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Simple and simpler: If You Take a Mouse to the Movies



The holiday misadventures of a little boy and a littler mouse don't figure to be the ideal vehicle for family enjoyment and nostalgia, but take a look at the Children's Theatre production of If You Take a Mouse to the Movies and you'll find that's exactly what this makeover has accomplished. Set design by Bob Croghan at McColl Family Theatre takes us back to a simpler age of children's books and devoutly two-dimensional popup illustrations. A cutout ImaginOn even rolls across the upstage as Mouse and Boy walk to the movies. Costumes by Courtney Burt Scott and props by Peter Smeal chime in with complementary quaintness.

Rapport between Mark Sutton and Nicia Carla is far more retro, hearkening back to the days of silent movies and vaudeville. Neither says anything for quite awhile in the opening tableau as we find Boy and Mouse at home in pre-holiday bustle. From beginning to end, director Alan Poindexter shamelessly stretches out the thin story, but there's always a laugh in the lagniappe.

Whether Mouse is thwarting Boy's efforts to wrap her Christmas gift, wreaking havoc at the movies, or turning the living room into Glitterworld, Carla is delightfully cheerful and insouciant in dishing out Mouse's mischief. Malice? Never! Just Mouse being Mouse.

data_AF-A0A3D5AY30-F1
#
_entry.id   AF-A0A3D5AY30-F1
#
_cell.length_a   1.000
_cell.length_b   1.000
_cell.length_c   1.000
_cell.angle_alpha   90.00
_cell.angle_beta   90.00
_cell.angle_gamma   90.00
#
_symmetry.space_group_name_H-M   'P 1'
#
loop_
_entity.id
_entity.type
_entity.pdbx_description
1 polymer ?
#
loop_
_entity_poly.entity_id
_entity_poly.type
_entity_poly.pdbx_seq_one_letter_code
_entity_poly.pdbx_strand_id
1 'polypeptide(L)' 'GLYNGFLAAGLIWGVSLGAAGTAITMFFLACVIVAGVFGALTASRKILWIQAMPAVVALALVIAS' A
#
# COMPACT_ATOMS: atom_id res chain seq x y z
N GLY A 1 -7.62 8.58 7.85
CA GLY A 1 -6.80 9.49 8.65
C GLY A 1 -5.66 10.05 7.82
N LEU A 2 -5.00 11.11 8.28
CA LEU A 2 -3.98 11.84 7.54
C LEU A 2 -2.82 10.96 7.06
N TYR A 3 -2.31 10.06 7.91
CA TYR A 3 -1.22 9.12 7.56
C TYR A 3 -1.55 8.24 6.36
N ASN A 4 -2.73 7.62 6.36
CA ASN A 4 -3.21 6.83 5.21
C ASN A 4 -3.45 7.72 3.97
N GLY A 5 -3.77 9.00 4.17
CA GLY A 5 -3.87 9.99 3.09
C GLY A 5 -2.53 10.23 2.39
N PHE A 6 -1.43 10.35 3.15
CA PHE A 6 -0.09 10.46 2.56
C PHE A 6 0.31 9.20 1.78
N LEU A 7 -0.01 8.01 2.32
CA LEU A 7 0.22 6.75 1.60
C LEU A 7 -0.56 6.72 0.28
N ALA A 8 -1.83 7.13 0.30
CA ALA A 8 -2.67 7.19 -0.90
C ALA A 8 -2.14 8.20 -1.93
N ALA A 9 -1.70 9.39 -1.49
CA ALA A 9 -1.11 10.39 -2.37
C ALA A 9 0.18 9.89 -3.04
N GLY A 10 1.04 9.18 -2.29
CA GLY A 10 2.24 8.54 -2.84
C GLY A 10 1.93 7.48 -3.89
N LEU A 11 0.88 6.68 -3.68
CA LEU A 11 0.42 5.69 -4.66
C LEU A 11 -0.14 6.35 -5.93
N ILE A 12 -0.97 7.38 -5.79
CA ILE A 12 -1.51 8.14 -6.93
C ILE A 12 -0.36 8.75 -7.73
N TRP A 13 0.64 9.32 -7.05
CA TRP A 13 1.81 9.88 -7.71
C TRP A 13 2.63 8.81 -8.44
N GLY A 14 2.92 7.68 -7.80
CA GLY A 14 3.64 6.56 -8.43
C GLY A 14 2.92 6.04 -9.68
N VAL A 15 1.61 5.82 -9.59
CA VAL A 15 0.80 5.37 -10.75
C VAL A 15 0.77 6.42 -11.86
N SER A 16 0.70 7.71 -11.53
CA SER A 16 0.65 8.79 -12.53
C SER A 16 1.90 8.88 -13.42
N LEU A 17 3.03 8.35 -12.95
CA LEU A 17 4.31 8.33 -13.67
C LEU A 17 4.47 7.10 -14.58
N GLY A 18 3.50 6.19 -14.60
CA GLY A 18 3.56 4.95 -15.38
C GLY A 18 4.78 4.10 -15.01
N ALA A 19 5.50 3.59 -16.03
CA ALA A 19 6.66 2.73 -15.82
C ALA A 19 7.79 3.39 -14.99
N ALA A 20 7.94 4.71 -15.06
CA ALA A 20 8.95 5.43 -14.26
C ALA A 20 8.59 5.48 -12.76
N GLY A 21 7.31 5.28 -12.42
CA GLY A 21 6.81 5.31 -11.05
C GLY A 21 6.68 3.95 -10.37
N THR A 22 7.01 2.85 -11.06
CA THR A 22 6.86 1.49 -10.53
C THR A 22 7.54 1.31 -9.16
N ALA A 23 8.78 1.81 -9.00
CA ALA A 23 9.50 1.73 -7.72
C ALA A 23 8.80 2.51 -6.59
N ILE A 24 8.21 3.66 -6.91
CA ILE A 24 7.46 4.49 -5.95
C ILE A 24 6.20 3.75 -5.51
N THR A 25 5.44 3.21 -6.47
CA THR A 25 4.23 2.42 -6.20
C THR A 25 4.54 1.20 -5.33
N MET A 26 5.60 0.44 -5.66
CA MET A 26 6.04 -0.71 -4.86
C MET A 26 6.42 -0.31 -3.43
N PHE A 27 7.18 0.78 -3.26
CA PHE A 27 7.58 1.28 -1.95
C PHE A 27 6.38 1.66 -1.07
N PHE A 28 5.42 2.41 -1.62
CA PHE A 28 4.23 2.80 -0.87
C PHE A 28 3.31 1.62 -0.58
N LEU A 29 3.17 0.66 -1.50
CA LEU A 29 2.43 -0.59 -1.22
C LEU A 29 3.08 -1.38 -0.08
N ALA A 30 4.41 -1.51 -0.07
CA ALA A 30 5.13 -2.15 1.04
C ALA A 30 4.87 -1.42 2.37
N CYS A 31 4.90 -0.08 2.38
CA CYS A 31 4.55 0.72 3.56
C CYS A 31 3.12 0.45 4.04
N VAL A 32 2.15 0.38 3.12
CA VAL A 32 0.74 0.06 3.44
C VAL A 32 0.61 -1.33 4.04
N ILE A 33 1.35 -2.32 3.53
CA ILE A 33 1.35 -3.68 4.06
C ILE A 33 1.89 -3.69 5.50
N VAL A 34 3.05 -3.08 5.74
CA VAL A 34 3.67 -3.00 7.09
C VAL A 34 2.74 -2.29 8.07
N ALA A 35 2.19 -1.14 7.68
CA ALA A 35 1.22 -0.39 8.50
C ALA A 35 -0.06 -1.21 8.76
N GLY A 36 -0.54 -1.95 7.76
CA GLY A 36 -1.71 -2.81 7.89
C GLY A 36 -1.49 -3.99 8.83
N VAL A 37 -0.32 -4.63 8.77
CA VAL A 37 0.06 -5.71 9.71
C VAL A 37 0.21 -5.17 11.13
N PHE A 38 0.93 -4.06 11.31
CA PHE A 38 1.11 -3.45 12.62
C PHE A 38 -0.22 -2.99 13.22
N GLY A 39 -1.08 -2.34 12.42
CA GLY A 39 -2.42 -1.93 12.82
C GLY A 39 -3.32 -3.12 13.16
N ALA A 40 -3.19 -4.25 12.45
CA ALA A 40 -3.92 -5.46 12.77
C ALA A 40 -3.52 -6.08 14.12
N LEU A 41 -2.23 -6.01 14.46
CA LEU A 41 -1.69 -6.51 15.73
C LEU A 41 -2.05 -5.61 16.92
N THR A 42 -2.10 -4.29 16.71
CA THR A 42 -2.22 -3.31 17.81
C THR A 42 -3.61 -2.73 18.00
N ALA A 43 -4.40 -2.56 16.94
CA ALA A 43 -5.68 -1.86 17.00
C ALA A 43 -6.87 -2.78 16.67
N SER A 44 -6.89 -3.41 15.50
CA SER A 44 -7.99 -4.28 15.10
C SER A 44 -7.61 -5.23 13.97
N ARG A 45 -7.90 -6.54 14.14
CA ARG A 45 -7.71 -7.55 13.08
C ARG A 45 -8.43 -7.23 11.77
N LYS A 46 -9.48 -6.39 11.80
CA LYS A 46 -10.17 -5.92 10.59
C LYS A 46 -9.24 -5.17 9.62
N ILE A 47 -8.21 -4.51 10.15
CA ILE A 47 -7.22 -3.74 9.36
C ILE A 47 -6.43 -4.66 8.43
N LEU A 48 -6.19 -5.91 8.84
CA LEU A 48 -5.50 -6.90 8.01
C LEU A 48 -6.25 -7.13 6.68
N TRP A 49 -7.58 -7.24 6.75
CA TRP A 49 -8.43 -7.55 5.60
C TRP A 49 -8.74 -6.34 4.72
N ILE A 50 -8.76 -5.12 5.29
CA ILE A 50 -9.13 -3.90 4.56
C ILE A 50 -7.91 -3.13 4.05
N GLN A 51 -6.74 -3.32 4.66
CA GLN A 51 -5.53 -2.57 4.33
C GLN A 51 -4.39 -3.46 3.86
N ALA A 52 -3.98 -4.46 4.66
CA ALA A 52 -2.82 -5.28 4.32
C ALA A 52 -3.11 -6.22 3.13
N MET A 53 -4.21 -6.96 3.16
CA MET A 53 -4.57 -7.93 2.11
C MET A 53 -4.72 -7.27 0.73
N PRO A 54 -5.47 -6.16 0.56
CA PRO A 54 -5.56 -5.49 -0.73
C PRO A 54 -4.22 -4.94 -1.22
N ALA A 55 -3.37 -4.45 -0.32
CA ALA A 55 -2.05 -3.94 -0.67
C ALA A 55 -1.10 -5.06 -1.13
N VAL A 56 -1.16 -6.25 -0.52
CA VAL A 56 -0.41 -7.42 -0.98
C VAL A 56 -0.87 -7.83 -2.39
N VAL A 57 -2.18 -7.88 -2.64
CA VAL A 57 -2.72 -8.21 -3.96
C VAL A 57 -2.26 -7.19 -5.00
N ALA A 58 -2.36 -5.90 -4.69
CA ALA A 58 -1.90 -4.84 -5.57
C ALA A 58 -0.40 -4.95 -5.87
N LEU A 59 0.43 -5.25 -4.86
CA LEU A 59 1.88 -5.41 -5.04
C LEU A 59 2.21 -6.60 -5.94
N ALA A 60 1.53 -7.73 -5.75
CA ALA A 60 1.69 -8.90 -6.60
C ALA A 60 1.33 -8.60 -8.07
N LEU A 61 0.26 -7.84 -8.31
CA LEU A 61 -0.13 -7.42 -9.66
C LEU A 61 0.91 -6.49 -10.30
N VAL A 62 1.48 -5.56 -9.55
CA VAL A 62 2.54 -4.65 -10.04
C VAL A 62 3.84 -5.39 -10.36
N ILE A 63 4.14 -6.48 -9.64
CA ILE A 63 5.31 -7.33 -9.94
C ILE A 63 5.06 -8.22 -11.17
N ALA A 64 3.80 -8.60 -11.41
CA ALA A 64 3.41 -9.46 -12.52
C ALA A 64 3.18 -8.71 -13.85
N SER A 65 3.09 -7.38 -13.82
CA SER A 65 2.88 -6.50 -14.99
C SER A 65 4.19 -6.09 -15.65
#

Sutton copes beautifully with Mouse's flightiness and zaniness. He's responsible enough to occasionally resist -- and be bothered by -- Mouse's unruliness, klutzy enough to be victimized by her antics, and immature enough to occasionally forget about her and let her run wild. Above all, he's boy enough to value Mouse's friendship, yield to some of her wacky impulses, and have a few fun ideas of his own.

As you might have guessed, Take a Mouse is pretty low on deep seasonal meaning, but it's high in slapstick comedy satisfaction.

Oh. My. Gah. The word "cool" does not belong in any review of the touring production of Grease that descended upon us last week. There wasn't a single performer onstage at Ovens Auditorium who seemed to grasp the concept as propounded in the '50s by teen bobbysoxers and rocks. Grabbing gals' boobs and butts and guys' crotches may be the new wave today, but in the decade of turned-up collars, ponytails and Bobby Rydell? No.

Strapped into a milkshake-shaped elevator, American Idol winner Taylor Hicks headlined this debacle as Teen Angel. To be fair, the raunchiness and vulgarity had abated somewhat by the time the supernova appeared briefly halfway through Act 2. Strangely, Hicks didn't succeed in upstaging the load-bearing performers, Laura D'Andre as Rizzo, Lauren Ashley Zarkin as Sandy and David Ruffin as Kenickie. I marveled at the greased edifice of Mark Raumaker's hair as dreamboat Danny Zuko, but nothing else.

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